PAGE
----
Southeast Asian countries increasingly rely on the public perception of service providers’ integrity when considering the deployment of digital IDs for financial applications, according to a new digital financial services (DFS) report by the Tech for Good Institute, which focused on the region’s relationship between consumers and financial service providers.
According to the new data, the levels of trust in banks and digital financial service providers are high across all countries surveyed: the Philippines, Malaysia, Indonesia, Vietnam, Singapore and Thailand.
Further, the report suggests digital literacy is the most consistent predictor of the use of digital ID wallets and non-e-wallet DFS usage in all the nations covered.
“For unbanked and underbanked individuals who had been excluded from the formal economy, basic digital literacy skills are crucial for them to access and use financial services on their mobile devices,” reads the report.
Regarding direct-to-consumer applications, the Tech for Good Institute research says DFS features such as digital ID systems can eliminate physical barriers to accessing financial services, and new payment methods offer underserved consumers more flexibility and options to join the economy.
“Innovative product designs like gamification or robo advisors simplify financial services like insurance, loans and investment, making them less daunting and more accessible.”
There are barriers to the advancement of DFS, however, including gaps in pervasive cash culture and physical and digital infrastructure. Also, consumers need more digital literacy, financial literacy and trust.
Despite these barriers, several of the countries participating in the Tech for Good Institute research have already widely adopted digital technologies for payments.
The government of the Philippines, for instance, has recently confirmed they will use Daon’s digital ID and biometric tech to verify GoTyme bank customers.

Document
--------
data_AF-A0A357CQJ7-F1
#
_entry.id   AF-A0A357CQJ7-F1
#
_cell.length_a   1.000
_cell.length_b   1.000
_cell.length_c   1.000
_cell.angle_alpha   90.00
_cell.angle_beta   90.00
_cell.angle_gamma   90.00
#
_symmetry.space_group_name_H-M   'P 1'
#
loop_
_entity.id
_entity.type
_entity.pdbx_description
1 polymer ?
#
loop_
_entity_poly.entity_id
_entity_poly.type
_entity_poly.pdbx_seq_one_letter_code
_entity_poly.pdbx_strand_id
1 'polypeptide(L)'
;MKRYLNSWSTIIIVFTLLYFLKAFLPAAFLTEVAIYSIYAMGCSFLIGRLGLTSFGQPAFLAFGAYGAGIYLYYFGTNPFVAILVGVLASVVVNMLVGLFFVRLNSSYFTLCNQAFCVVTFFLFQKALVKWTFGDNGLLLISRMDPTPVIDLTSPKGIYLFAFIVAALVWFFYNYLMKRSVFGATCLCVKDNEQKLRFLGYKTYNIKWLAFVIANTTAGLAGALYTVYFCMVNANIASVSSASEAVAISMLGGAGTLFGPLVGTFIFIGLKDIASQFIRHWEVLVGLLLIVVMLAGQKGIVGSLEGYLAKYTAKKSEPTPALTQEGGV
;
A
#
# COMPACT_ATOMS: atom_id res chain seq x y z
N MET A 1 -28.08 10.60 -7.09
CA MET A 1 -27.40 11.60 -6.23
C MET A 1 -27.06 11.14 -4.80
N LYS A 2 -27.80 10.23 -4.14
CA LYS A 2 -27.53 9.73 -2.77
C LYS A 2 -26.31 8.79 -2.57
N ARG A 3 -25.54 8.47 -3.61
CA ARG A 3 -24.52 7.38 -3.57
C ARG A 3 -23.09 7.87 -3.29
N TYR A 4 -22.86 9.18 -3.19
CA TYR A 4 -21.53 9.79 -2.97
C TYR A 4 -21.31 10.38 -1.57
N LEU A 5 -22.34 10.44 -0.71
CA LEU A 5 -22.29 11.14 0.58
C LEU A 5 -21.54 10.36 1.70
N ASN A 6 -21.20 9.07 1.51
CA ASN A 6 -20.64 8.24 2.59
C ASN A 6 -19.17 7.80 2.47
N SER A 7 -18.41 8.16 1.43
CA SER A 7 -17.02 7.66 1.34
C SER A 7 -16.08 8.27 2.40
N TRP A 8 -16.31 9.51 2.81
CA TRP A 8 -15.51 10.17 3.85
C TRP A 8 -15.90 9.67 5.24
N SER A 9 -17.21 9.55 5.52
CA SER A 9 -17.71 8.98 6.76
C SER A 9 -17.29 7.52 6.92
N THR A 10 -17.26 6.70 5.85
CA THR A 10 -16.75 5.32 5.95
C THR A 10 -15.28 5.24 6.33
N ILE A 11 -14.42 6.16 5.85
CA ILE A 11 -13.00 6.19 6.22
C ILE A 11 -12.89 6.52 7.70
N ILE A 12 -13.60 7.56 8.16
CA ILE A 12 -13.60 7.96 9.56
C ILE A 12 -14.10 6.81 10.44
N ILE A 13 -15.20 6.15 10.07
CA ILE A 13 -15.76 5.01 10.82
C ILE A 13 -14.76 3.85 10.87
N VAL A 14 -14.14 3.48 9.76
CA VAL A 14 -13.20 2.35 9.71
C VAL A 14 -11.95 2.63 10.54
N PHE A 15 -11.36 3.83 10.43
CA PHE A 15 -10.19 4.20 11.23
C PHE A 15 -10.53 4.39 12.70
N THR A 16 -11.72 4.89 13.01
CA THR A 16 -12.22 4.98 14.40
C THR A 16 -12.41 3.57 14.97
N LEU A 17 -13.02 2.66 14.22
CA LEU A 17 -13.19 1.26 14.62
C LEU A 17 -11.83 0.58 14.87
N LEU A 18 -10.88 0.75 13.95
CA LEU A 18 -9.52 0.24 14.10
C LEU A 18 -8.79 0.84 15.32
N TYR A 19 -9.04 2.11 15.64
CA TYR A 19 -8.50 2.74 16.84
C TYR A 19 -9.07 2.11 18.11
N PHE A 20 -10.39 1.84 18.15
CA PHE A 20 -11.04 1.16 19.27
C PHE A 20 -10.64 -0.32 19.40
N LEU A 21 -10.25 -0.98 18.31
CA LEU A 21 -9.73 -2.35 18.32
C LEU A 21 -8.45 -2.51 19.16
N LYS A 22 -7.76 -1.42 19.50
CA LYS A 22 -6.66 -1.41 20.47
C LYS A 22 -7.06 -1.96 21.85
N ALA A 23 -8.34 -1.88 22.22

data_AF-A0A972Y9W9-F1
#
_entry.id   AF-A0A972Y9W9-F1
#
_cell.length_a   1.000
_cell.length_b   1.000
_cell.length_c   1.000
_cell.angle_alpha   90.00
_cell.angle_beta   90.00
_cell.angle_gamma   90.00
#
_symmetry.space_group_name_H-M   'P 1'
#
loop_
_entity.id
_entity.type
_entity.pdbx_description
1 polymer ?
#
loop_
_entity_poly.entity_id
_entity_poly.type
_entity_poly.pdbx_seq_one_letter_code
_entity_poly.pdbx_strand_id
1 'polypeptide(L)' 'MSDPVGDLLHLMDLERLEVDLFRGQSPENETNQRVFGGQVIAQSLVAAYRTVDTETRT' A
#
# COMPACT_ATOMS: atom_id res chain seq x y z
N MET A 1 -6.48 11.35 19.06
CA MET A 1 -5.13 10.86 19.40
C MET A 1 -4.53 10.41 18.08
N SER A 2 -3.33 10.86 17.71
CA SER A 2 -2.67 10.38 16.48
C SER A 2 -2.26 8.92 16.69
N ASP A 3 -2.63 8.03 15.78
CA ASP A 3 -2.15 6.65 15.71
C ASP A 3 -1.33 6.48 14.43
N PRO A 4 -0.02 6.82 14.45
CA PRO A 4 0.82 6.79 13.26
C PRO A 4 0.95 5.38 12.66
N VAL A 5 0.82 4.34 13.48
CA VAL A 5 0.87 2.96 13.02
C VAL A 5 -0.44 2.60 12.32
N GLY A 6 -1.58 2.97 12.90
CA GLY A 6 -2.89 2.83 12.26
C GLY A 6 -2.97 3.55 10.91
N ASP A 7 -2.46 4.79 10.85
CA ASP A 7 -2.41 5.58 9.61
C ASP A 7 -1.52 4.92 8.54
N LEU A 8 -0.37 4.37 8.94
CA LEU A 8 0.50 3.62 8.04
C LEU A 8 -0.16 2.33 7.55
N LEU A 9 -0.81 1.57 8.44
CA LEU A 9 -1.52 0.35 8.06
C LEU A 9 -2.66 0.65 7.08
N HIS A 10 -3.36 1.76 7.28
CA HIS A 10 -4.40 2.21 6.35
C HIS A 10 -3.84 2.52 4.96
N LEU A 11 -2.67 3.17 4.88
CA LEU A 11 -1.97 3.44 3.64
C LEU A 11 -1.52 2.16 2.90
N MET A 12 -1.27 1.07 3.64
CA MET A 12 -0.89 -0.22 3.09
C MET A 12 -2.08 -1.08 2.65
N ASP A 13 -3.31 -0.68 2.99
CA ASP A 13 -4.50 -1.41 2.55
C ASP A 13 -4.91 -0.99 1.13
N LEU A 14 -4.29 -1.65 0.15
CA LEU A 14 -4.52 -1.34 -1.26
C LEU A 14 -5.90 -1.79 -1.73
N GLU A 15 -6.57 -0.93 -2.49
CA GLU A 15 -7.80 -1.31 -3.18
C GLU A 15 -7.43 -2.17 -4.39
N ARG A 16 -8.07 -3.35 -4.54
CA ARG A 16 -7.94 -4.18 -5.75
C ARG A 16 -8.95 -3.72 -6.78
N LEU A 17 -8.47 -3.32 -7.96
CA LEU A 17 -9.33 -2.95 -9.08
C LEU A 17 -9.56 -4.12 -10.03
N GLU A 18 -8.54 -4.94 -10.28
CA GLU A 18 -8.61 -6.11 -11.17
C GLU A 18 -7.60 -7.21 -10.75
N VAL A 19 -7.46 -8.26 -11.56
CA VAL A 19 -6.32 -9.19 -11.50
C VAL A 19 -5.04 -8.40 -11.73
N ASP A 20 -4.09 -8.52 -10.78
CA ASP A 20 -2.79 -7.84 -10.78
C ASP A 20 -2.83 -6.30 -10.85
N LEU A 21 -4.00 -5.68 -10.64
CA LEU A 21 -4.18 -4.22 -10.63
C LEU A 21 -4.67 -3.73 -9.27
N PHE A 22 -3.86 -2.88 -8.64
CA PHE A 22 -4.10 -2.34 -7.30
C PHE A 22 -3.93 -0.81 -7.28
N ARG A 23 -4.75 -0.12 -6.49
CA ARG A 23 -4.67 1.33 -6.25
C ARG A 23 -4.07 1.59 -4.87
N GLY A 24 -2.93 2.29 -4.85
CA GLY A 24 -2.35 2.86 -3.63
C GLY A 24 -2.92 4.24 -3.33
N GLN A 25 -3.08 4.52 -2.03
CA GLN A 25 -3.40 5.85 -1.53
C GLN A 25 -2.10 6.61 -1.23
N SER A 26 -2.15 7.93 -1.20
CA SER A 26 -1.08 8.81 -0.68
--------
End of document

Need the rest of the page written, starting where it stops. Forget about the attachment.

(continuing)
In Indonesia, Bukalapak has joined forces with Standard Chartered Bank. In Singapore, the World Bank has worked with the country’s Government Technology Agency (GovTech) to create a case study of the island nation’s digital identity scheme Singpass.
UK lags behind in digital ID wallets
Meanwhile, the UK is lagging behind in adopting digital payments and wallets, claims France-based biometric expert Thales.
Writing in a blog post over the weekend, Justin Walker, vice-president for digital transformation at Thales, warned that if the UK does not keep up with European plans for a digital ID wallet to be completed by 2024, Brits will be left behind.
“The real truth is that banking, driving licenses and passports will eventually all be digital, and you will only use a physical passport or bank card for countries, which have not caught up yet with this technology,” Walker explains.
“You will need a secure platform to issue those digital credentials, securely provision them and store them into a digital wallet to keep those items safe. If we don’t lead the way in the UK, the rest of the world will create the rules, and we will have to abide by them.”
Walker further explains that a digital ID wallet can include biometrically secure personal IDs like passports, birth certificates, driving licenses or Land Registry details.
“The combination of biometrics and digital wallets can not only close criminal avenues but also speed up your life by removing red tape and daily hassles,” the executive writes.
Further, Walker believes that if governments enable citizens to keep visibility of their data via digital wallets, that will also empower friction-free travel, trade and business.
“That is not related to the technology – it is related to the government. All of our future digital networks will have to connect internationally,” Waler adds.
“In the future, only far-flung outposts will use physical bank cards and leather-bound passports. These nations will be left on the outside looking in.”
Source: Bio Metric Update